Fishermen boats confiscated in Uganda’s KingFisher oil field

Screenshot from video reviewed by Just Finance International. Three men in military uniforms towing away fishing boats in the KingFisher oil field.
Photo: Just Finance International (2023)

A video reviewed by Just Finance International shows a group of uniformed men removing fishing boats from a shore in Lake Alberts KingFisher oil field. Community members say the boats were confiscated by members of the Uganda Peoples Defence Forces (UPDF) in order to reduce traffic on the lake for China National Offshore Oil Corporation’s (CNOOC) expansion of their oil operations in the area.

The video shows three men wearing the uniforms of the Ugandan army towing away eight fishing boats from the shore. The fishermen were not given any explanation as to why their boats were taken away. According to Just Finance Internationals (JFI) sources, the Chinese parastatal oil company CNOOC is working together with the military to reduce boat traffic in the area due to the expanding oil operations.

The loss of the boats is a catastrophe for their owners. One single boat is estimated to provide two or three families with their livelihood. This means that approximately 288 persons lost their main source of income.

Due to CNOOC’s oil activities, the fishermen from KingFisher have been forced to go further offshore in order to fish, bringing them close to the shore of the Democratic Republic Congo (DRC) exposing them to rebel hands. As they navigate closer to the border, their boats face greater exposure to attacks by competing fishermen and security agencies from the neighboring country.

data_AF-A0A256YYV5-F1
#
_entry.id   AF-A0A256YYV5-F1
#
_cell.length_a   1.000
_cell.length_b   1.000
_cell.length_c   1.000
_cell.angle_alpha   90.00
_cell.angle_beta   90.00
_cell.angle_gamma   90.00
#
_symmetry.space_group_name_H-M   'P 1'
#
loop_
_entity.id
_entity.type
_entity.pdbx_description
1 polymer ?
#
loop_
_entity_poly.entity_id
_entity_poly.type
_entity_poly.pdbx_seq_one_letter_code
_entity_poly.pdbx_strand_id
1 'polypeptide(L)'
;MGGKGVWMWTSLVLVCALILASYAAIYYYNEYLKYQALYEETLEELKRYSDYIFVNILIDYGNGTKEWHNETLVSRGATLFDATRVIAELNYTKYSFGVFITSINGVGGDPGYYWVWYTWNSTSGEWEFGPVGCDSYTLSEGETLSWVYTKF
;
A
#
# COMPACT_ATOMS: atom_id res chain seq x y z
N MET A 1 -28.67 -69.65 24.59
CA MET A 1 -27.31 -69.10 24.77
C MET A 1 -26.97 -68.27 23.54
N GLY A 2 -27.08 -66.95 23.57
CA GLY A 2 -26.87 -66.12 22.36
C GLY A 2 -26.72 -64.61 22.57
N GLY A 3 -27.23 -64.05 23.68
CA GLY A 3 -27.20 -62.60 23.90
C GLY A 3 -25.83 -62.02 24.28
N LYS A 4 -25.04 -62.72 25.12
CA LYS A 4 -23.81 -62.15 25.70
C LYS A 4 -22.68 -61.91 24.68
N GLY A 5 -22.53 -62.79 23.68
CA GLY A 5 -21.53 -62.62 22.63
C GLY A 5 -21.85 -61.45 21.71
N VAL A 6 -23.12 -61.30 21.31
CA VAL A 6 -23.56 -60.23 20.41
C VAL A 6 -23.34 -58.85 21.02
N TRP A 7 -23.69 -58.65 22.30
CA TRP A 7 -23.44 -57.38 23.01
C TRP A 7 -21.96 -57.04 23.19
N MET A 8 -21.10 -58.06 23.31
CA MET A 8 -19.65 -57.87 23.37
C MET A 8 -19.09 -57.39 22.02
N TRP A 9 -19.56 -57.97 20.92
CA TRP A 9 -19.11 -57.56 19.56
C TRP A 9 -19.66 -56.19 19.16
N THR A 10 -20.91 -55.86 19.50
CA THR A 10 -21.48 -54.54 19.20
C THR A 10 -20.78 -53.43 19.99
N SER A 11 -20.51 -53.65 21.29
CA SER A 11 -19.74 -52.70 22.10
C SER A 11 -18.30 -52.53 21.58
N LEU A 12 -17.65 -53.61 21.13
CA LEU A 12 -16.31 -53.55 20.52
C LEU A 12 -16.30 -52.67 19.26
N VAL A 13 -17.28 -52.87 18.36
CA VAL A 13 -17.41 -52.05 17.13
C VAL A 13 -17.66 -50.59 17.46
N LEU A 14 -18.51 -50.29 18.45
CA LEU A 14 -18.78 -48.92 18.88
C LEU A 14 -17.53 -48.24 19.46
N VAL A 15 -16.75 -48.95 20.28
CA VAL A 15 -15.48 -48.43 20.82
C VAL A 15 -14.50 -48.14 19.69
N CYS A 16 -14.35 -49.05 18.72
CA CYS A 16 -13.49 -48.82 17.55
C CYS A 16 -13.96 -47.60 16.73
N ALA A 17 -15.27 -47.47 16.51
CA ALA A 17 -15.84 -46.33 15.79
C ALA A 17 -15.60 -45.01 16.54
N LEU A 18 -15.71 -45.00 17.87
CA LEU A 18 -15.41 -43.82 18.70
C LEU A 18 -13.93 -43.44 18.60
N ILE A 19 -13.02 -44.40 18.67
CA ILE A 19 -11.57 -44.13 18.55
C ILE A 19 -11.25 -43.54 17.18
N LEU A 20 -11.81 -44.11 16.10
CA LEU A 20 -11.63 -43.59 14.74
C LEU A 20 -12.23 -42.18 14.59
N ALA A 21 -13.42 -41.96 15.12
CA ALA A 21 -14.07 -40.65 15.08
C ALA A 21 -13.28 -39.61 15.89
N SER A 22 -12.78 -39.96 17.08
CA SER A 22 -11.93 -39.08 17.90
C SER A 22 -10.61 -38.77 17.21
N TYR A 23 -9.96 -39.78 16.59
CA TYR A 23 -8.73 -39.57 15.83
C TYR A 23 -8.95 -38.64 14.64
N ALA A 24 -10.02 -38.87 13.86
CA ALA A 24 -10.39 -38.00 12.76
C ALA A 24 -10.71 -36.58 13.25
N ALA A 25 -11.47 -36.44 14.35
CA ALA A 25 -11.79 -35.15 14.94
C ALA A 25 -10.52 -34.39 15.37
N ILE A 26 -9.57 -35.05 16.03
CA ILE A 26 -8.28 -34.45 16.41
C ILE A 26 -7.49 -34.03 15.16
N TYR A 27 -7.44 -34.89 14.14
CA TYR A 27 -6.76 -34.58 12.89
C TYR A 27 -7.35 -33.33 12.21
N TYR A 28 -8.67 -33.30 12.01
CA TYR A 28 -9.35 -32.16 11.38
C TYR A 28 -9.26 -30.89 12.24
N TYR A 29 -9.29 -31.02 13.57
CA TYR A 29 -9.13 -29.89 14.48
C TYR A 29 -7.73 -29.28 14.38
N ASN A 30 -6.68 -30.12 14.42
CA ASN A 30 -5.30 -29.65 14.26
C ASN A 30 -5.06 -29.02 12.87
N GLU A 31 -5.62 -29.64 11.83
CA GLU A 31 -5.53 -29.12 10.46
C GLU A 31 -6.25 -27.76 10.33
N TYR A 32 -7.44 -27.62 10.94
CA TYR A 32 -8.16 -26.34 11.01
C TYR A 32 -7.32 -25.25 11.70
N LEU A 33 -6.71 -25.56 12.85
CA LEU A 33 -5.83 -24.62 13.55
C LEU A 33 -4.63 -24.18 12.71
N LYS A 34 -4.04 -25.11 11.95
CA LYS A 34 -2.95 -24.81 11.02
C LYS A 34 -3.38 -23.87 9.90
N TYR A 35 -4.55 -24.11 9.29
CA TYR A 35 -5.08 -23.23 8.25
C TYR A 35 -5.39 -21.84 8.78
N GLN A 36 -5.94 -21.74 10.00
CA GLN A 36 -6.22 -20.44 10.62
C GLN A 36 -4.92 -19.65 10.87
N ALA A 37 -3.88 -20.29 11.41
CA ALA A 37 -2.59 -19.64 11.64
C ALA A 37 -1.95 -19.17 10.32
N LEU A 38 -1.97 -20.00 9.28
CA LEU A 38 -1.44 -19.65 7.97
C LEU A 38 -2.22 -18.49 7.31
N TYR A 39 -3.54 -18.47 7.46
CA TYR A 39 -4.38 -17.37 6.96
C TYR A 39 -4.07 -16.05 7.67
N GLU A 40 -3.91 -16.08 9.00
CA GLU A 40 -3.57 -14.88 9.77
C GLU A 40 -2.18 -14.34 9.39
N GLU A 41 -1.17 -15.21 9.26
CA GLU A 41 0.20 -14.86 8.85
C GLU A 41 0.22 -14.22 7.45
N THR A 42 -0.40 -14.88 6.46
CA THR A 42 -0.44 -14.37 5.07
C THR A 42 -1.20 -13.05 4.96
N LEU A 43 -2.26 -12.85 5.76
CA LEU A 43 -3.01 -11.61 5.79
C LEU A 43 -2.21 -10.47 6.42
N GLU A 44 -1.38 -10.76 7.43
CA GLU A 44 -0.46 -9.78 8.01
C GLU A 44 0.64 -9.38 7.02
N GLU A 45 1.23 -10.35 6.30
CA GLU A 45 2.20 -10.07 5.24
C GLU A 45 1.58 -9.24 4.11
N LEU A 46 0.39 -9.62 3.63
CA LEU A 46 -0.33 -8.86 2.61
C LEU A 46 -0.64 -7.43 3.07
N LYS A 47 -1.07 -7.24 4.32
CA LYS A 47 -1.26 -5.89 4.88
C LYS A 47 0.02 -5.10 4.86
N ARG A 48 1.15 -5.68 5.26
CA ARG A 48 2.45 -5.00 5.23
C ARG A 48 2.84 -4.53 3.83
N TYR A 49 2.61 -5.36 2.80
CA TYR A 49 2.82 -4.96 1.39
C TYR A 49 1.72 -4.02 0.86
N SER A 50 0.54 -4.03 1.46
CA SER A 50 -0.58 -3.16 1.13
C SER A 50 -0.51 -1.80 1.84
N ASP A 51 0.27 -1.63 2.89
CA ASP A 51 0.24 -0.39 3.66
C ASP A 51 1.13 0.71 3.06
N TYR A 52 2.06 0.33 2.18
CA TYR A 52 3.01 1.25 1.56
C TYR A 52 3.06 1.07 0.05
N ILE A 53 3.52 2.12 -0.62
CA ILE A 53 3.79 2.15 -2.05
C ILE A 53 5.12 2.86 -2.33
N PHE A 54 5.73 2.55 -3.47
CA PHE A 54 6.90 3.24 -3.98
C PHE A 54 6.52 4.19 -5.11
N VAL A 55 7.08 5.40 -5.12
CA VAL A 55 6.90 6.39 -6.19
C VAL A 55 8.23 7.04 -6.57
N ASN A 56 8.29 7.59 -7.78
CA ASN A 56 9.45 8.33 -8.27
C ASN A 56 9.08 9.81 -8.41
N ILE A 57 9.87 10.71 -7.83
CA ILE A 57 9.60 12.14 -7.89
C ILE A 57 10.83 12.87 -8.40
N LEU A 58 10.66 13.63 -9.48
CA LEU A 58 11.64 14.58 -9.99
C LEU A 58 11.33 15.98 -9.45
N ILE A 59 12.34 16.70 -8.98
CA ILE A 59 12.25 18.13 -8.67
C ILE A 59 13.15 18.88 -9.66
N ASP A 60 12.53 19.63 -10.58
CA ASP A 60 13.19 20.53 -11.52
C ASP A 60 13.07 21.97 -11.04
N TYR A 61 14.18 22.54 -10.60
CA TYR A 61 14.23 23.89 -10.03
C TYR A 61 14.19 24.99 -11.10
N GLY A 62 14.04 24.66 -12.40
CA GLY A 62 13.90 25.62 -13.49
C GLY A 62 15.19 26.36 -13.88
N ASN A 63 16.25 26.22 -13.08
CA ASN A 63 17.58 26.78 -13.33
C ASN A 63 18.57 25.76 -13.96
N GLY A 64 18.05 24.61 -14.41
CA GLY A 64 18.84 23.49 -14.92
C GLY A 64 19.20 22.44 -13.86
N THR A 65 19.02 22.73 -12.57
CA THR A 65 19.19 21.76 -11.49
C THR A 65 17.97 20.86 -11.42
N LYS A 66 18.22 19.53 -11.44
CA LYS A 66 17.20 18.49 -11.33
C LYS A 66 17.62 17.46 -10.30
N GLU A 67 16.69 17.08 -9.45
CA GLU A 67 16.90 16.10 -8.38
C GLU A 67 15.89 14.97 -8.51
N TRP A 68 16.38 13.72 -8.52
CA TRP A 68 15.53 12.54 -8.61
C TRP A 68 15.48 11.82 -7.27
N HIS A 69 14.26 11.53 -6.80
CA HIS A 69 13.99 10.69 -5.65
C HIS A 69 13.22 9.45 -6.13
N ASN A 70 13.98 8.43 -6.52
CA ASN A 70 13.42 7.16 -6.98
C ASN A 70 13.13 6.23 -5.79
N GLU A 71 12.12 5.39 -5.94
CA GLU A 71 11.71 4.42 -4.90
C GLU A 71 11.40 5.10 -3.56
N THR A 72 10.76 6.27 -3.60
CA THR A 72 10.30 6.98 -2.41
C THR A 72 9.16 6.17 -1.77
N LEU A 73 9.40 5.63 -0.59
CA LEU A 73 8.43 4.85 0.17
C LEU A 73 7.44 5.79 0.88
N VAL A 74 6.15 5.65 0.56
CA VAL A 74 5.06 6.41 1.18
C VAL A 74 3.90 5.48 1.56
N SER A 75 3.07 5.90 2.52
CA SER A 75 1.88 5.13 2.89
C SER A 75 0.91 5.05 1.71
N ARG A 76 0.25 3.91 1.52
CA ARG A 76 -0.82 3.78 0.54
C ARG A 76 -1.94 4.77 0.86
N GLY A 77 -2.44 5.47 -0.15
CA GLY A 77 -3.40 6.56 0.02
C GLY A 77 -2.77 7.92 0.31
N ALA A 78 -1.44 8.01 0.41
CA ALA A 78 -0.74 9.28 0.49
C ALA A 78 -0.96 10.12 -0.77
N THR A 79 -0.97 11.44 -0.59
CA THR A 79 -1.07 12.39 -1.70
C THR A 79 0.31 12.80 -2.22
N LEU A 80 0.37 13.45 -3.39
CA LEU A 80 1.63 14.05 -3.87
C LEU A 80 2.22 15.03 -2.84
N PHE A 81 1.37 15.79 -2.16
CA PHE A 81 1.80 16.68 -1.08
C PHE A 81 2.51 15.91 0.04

Video showing how fishing boats are taken away from their owners by men dressed in military uniforms.

According to one local community member, the KingFisher area has lately become heavily militarized with a full military detach established in the area due to the oil operations, forcing many fishermen to venture out into the waters of the DRC. 

The traditional fishing communities in the KingFisher area have been under pressure from the authorities and developers ever since oil operations began in 2009 and worsened when CNOOC came on in 2013. Many local residents have been involuntarily relocated without receiving just compensation for their land and houses , according to interviews done by Just Finance International.

The local communities were also promised work opportunities, scholarships and improvements to the community’s infrastructure, schools, and healthcare services by the oil company. Yet to this day, very few of these promises have been fulfilled.

Instead, what they have gotten is increased military and security presence. The Ugandan army has a camp at the top of the escarpment leading down to the fishing village. There are also private security staff in the area employed by CNOOC. Local villagers who spoke to JFI believe the men involved in the fishing boat confiscation incident were acting on behalf of the army.

Just Finance International have shared the film, and reports of the incident, with the UN. We have also reached out to the Ugandan army through their official channels but without getting any response.